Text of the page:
There are only a few natural products that have demonstrated as wide a range of protective properties as curcumin. Turmeric has three main bioactive components: curcumin, desmethoxycurcumin and bisdemethoxycurcumin. These curcuminoids have many biological effects including anti-inflammatory, antioxidant, antitumor, antibacterial, and antiviral properties.
According to a new study published last Friday in Metabolism, researchers demonstrated that the addition of curcumin to phytosterol supplementation provides enhanced cholesterol-lowering effects greater than taking phystosterols alone.
This study consisted of 70 patients with dyslipidemia. Each individual received either a placebo, 2 grams of phytosterols, 200 mg of curcumin, or a combination of 2 grams of phytosterols and 200 mg of curcumin daily for four weeks. Laboratory assessments included fasting total cholesterol, LDL cholesterol, HDL cholesterol, and triglycerides. Anthropometrics and fasting blood glucose were also evaluated.
As a result, phytosterols as well as phystosterols combined with curcumin supplementation both significantly lowered total cholesterol, LDL cholesterol, and total cholesterol/HDL ratio. There was a reduction of 4.8% in total cholesterol and 8.1 in LDL cholesterol in the phytosterol group. The curcumin only had minimal reductions in total cholesterol and LDL cholesterol of 2.3% and 2.6%; however, the combination therapy had the greatest reduction in total cholesterol of 11.0% and LDL cholesterol of 14.4%. This reduction was significantly greater compared to those alone. HDL cholesterol and triglyceride concentrations were not affected.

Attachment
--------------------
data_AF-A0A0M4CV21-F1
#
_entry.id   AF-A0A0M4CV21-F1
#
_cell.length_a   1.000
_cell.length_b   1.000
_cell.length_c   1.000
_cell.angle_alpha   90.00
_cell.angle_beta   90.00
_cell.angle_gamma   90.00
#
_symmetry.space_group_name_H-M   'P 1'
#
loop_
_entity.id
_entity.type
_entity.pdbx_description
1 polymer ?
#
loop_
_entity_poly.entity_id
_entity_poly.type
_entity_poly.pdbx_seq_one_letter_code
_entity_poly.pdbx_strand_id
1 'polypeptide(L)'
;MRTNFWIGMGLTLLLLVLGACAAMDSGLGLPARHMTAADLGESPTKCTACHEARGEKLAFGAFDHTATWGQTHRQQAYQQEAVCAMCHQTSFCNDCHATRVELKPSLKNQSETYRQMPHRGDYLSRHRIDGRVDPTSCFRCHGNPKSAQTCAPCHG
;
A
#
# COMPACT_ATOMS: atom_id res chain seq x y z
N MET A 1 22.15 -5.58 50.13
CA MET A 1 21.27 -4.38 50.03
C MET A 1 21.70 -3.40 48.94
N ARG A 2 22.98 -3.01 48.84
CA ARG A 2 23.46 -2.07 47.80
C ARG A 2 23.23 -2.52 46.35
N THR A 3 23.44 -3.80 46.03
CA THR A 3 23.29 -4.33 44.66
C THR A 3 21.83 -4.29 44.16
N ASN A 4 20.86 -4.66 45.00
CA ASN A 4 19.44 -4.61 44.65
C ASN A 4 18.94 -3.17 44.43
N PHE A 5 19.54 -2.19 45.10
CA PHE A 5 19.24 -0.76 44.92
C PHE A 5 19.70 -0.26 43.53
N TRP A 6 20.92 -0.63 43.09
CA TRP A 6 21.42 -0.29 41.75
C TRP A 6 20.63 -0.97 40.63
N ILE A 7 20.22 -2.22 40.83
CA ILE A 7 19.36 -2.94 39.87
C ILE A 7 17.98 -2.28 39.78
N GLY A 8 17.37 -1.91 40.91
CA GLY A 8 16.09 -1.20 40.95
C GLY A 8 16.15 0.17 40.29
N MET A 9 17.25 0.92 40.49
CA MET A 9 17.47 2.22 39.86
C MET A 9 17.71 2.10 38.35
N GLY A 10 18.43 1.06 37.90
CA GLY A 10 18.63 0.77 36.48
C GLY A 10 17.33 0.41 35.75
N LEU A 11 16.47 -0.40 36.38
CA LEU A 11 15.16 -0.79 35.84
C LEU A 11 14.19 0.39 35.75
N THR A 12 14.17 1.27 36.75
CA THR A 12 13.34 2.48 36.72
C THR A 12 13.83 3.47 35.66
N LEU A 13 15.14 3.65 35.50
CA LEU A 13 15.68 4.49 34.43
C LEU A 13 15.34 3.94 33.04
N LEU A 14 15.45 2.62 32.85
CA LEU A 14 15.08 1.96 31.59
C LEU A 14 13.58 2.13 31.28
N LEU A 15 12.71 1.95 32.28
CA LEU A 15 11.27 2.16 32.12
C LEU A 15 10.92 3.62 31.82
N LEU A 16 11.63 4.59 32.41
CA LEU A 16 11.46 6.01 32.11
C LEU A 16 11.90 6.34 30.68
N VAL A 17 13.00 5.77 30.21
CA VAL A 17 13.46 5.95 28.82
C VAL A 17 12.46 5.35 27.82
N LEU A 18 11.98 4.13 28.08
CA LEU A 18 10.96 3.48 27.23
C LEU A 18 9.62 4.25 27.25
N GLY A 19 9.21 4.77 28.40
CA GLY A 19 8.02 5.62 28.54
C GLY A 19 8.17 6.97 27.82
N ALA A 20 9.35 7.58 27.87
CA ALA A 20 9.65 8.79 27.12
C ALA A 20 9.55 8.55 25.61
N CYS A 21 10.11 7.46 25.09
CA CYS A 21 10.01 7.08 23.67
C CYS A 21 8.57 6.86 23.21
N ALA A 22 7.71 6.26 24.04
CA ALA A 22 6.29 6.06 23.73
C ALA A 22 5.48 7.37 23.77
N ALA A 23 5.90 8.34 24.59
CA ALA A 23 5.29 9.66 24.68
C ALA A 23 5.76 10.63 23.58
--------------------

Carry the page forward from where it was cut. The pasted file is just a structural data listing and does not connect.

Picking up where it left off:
Previous studies have demonstrated that curcumin promotes changes in the expression of genes involved in cholesterol synthesis such as the LDL receptor mRNA, HMG CoA reductase, SREBP, cholesterol 7 alpha hydrolyze, PPAR, and LXR1.1,2 One human study demonstrated that 500 mg of curcumin per day increased HDL cholesterol by 29% and reduced total cholesterol by 12%.2
In addition, I shared a study last year in Complementary Therapies in Medicine (published in August) on curcumin and dyspildemia in diabetic patients. In this study, researchers demonstrated that curcuminoid supplementation of 1000 mg daily for 12 weeks can reduce lipoprotein(a) and increase HDL-C.
Health care providers have many tools today to assess cardiovascular health and support the body’s physiology. It is essential to perform a thorough assessment for these patients. This may include looking at lipid fractionation profiles, chronic inflammatory markers (ferritin, hs-CRP, fibrinogen), nutrient markers (magnesium, potassium, selenium, copper, folate, B12, B6, zinc, and calcium), fat soluble vitamins (vitamins A, D, E and K, and CoQ10), oxidative stress factors (homocysteine, insulin, and lipid peroxidases), heavy metals, and fatty acid profiles. A successful treatment approach should include investigation into these factors.
By Michael Jurgelewicz, DC, DACBN, DCBCN, CNS